You are a rater.  It doesn’t matter what classification. You are considered a third party verifier of energy efficiency of real property.  Decisions made about this property regarding energy efficiency are basically “in your hands”.  Your input to the client, whether it be a builder or homeowner, is important for solid, sound decisions about spending money wisely on replacement or upgrading systems and materials.  Your opinions should be based on solid principles as well as keeping in mind the “law of diminishing returns.”

As a rater, your only responsibility is to your client.  Remember that as a rater you are the person who is certified.  You are the person who passed all of the exams and jumped through all of the hoops.  When you perform a rating, you are putting your reputation on the line as well as the whole energy efficiency industry.  When you perform a rating you are NOT really representing the company you are paid by because companies are not certified.  At this point you are a third party verifier and the client is your only concern.  If you allow any person or circumstance to change your professional judgment you are not being a third party verifier.  You are being a paid “yes” man/woman.  This can cause problems in the future if there is a complaint because defending yourself in a “compromising” situation can be detrimental to you not your employer or client.  You are actually putting your certification in jeopardy, not to mention eroding the integrity of the rating system.

Please make sure you explain to your employer that you represent the rating industry as a third party verifier when you perform a rating, and your job is to verify the features of the home as well as assist with sound, solid advice when asked to do so.  Selling or advising a client to purchase a material or service from your company is fine as long as you can justify its cost through its savings.  If asked to compromise your advice based on what the company sells is a red flag warning. Remember your certification is yours, and will be taken from you, not the company you are employed through.  Trying to “please” your builder because your employer “expects” it also becomes another red flag warning.  Again, remember whose certification is on the line.

So, the next time you hit the road to perform a rating, remember that you are representing yourself as a third party verifier as well as an entire energy efficiency community.  Please take pride in what you do and all of those you represent.

Tei Explains It: Rater Class Distinction in Florida

Friday, March 1st, 2013

Question: Is there a rater class distinction in Florida?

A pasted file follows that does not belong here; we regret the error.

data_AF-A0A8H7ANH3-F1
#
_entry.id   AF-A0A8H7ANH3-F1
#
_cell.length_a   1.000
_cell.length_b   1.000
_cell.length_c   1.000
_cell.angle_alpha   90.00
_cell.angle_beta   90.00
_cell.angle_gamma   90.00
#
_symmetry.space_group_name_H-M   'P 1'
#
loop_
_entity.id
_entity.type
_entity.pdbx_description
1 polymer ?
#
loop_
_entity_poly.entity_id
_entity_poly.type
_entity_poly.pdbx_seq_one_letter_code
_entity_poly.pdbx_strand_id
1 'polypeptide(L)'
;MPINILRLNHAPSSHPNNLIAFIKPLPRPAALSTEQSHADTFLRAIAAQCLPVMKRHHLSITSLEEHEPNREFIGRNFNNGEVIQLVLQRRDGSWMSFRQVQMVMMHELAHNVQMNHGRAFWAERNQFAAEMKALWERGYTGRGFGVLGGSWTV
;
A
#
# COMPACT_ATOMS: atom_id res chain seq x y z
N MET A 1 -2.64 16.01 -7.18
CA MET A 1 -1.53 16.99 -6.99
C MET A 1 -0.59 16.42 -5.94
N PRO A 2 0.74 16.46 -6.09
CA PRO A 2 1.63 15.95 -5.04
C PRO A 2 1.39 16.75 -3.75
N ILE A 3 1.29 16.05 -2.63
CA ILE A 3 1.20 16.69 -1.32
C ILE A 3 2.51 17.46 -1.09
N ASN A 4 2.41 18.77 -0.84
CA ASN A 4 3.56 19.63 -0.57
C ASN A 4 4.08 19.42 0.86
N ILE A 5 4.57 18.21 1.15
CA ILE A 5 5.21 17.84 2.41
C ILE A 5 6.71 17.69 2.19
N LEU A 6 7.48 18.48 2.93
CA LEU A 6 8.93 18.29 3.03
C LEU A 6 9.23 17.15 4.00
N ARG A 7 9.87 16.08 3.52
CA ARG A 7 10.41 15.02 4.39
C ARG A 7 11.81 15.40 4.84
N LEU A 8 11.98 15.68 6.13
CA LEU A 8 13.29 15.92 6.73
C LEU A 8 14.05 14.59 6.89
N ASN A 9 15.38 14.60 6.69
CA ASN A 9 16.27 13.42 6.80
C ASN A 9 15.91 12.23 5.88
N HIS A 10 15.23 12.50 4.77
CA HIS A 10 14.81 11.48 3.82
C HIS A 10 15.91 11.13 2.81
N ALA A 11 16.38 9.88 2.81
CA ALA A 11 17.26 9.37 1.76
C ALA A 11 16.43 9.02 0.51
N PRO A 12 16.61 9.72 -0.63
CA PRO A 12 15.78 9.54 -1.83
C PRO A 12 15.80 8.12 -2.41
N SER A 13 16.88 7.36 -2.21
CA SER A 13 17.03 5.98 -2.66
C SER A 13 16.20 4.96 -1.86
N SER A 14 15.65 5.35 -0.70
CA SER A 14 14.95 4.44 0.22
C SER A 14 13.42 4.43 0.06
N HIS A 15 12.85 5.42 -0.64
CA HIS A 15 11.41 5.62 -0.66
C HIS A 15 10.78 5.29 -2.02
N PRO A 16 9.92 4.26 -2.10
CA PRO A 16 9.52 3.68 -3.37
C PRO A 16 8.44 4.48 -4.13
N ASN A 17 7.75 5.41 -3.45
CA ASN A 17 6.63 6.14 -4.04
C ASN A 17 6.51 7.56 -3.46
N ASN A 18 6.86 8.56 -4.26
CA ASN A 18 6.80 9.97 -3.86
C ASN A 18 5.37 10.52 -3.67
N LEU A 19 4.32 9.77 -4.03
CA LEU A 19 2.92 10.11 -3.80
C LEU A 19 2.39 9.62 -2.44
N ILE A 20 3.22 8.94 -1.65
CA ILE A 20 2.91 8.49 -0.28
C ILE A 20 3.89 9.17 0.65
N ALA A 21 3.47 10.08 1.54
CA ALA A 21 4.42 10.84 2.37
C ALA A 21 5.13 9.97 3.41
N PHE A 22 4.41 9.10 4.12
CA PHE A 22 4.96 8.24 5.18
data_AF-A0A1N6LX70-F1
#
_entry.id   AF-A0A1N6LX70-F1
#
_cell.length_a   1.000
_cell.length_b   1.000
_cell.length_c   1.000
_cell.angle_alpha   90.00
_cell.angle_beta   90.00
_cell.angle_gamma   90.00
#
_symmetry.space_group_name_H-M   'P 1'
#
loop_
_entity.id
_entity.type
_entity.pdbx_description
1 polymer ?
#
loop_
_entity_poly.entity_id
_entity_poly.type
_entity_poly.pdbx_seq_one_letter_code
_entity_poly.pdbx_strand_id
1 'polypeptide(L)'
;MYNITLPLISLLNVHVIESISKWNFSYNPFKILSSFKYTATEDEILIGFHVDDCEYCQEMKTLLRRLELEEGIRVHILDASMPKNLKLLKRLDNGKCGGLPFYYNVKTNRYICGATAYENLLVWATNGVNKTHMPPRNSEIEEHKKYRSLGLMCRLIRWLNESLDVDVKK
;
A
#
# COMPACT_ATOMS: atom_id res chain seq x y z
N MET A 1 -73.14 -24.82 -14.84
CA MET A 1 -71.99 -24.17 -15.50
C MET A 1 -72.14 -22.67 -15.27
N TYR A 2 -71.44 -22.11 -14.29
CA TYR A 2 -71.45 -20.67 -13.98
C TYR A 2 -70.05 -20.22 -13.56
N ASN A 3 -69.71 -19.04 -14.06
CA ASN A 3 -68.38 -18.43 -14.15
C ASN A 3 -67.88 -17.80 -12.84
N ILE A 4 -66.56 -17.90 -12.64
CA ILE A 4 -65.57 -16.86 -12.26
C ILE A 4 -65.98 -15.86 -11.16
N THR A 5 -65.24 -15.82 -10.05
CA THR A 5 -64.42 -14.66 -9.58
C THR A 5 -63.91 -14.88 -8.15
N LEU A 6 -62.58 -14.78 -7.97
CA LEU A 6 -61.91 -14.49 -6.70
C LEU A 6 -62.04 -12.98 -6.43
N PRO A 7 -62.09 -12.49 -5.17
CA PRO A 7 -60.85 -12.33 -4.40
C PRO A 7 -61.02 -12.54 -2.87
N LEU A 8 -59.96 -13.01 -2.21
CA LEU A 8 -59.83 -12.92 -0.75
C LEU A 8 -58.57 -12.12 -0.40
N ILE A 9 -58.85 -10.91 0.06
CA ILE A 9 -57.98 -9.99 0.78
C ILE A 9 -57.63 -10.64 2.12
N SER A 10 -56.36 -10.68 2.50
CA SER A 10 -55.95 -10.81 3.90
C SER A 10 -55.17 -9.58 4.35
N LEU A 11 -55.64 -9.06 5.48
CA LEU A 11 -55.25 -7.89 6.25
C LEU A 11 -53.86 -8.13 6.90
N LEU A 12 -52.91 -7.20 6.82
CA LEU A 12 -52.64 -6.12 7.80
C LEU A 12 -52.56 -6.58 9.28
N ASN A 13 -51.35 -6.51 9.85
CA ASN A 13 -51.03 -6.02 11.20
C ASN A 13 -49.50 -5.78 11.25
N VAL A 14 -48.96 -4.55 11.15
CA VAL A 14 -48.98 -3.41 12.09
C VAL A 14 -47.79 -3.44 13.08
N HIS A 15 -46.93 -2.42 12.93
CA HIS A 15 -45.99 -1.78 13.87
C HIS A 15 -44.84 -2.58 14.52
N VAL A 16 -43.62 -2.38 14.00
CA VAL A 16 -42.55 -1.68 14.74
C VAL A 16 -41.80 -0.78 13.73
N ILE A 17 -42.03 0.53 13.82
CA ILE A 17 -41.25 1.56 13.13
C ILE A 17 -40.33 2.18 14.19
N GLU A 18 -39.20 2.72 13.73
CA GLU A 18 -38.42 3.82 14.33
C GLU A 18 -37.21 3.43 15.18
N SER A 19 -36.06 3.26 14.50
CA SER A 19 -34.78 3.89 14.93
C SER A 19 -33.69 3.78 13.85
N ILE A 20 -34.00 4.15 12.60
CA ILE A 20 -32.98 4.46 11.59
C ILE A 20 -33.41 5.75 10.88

The answer is YES! Only in Florida are there 3 distinct classifications of energy raters – Class 3, Class 2 and Class 1.

Let’s review these three classification as well as requirements for each.

Class 3

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Class 3 ratings are ratings based on construction documents. A Class 3 Rater is only recognized in Florida and can only rate buildings from these construction documents alone. A Class 3 Rater is not recognized nationally by RESNET and can only perform ratings in the State of Florida.

A Class 3 Rater must obtain 12 CEU’s (Continuing Education Units) every three years. Currently these CEU’s do not have to be registered with the Florida Department of Business & Professional Regulation (DBPR) and allow the rater to get short trainings from suppliers of construction materials and processes as long as the courses are related to “green building”, construction materials, HVAC equipment, insulation, ventilation, IAQ and energy efficiency.

Class 2

Class 2 ratings are based on a site audit. A Class 2 Rater measures the windows, walls, floors, ceiling and doors. The equipment and systems in the home are documented by make and model number and all are documented by photographs which become essential if there is a problem. A Class 2 Rater, like the Class 3 Rater, is not recognized nationally by RESNET and can only perform ratings in the State of Florida.

A Class 2 Rater must obtain 12 CEU’s every three years similar to the Class 3 Rater. Currently these CEU’s do not have to be registered with DBPR and allow the rater to get short trainings from suppliers of construction materials and processes as long as the courses are related to “green building”, construction materials, HVAC equipment, insulation, ventilation, IAQ and energy efficiency.

Class 1

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Class 1 ratings are based on the site audit and include a building airtightness test as well as a duct leakage total test and duct leakage to outside test. A Class 1 Rater is the only one recognized nationally by RESNET and are allowed to perform ratings in every state except for California.

A Class 1 Rater can register the coveted tax credits for qualifying homes and are also eligible to register and certify homes for EPA’s Energy Star Version 3.0 (with special training) and DOE’s Challenge Home.

A Class 1 Rater is required to obtain 18 PDU’s (Professional Development Units) in three (3) years. These PDU’s can be obtained in three different ways.

  1. Attend a RESNET Conference and obtain 18 PDU’s by documentation of sessions to equal 18 hours. You can also attend the EEBA and ACI Conferences making sure that the tracks you attend are approved by RESNET
  2. Re-take the RESNET Core Exam and pass with at least 80%
  3. Take RESNET approved classes to obtain PDU’s

It is required that all raters regardless of classification will take a recertification test every three (3) years to retain their certification. At that time they will take a Recertification class and exams relevant to their classification. A Class 1 Rater will also show proficiency by performing a blower door and duct leakage test total and duct leakage test outside.

Questions regarding rater class distinction, contact Tei Kucharski.